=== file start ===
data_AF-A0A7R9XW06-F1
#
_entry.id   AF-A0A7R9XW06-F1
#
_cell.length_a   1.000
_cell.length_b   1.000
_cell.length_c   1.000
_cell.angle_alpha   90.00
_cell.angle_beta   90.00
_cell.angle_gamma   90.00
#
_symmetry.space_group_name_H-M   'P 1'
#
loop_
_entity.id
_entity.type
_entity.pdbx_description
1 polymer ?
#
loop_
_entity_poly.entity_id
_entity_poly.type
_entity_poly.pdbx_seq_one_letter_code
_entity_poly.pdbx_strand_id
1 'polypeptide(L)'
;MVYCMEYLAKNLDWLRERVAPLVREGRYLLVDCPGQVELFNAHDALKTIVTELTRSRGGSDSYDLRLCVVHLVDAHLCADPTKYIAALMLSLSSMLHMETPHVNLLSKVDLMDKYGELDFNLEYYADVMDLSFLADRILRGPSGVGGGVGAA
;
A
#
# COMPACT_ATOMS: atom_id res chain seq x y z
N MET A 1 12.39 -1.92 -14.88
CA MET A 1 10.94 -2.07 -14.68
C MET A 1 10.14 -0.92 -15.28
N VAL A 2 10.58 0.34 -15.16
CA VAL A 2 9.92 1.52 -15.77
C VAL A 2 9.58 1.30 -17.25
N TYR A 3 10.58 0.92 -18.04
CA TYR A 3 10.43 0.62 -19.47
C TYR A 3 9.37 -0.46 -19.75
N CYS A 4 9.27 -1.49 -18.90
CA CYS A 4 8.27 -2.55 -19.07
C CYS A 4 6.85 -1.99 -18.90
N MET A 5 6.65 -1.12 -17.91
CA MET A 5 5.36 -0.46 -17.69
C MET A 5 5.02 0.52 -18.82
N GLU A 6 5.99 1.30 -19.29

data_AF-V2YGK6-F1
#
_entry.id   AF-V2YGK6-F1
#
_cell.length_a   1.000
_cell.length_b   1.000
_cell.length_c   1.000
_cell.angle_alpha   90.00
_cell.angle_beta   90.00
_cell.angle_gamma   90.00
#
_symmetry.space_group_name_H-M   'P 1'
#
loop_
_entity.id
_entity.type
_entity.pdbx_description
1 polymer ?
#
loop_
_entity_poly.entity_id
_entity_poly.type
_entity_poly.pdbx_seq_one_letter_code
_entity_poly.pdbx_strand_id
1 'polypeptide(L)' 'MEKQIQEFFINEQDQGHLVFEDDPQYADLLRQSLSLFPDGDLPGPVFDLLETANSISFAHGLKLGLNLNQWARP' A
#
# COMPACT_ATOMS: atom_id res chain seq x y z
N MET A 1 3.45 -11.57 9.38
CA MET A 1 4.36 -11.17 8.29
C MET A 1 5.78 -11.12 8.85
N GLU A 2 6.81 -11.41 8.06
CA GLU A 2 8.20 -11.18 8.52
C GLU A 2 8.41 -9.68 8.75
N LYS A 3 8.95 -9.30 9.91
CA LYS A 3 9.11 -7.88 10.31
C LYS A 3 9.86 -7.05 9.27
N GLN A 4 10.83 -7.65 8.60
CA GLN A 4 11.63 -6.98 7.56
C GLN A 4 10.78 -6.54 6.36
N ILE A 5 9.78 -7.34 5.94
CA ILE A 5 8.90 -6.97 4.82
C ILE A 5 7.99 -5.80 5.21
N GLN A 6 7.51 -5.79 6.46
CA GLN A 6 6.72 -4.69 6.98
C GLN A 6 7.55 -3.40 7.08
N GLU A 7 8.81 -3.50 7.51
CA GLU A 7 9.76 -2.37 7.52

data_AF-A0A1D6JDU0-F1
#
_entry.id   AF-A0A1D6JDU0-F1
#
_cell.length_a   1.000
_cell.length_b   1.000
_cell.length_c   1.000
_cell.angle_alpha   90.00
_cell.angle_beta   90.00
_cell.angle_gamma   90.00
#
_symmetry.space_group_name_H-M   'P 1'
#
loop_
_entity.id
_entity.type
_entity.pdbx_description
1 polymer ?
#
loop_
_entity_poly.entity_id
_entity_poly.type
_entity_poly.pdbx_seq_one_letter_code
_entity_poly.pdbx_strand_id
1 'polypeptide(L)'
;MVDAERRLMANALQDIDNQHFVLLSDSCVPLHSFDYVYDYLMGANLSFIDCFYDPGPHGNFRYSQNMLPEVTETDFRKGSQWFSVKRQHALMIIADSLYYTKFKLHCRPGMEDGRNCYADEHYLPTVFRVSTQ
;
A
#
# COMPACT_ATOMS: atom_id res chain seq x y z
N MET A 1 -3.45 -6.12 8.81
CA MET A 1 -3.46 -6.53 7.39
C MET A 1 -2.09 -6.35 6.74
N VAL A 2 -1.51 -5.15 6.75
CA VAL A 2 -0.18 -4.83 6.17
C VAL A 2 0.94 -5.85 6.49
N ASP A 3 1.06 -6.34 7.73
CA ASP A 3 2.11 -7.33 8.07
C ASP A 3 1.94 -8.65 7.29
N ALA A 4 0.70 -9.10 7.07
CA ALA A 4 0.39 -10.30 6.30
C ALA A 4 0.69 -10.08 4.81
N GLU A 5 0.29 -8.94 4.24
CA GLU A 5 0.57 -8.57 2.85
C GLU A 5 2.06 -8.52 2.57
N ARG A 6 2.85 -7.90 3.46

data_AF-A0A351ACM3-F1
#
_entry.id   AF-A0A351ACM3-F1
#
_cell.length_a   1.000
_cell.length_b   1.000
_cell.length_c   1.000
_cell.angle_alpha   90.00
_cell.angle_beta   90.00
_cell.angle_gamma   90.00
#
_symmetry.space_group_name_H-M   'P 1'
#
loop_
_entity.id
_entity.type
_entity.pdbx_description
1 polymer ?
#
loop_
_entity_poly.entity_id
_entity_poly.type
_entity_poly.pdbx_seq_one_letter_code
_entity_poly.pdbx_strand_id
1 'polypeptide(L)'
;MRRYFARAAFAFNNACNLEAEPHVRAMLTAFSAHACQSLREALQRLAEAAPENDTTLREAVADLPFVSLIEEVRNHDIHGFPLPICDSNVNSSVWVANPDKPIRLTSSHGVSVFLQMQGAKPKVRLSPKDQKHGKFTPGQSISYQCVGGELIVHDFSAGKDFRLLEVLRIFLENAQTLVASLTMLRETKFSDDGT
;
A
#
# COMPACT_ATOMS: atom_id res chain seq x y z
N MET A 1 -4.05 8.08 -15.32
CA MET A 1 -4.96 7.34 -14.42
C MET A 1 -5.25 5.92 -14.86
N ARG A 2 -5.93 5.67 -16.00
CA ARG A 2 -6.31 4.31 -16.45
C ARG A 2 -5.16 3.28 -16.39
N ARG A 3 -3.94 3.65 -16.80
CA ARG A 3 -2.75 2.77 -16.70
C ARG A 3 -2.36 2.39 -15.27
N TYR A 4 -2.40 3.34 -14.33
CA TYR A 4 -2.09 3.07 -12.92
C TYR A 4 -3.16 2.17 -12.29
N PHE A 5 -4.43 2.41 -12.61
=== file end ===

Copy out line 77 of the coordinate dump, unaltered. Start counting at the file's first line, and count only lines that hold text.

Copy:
N GLU A 2 6.81 -11.41 8.06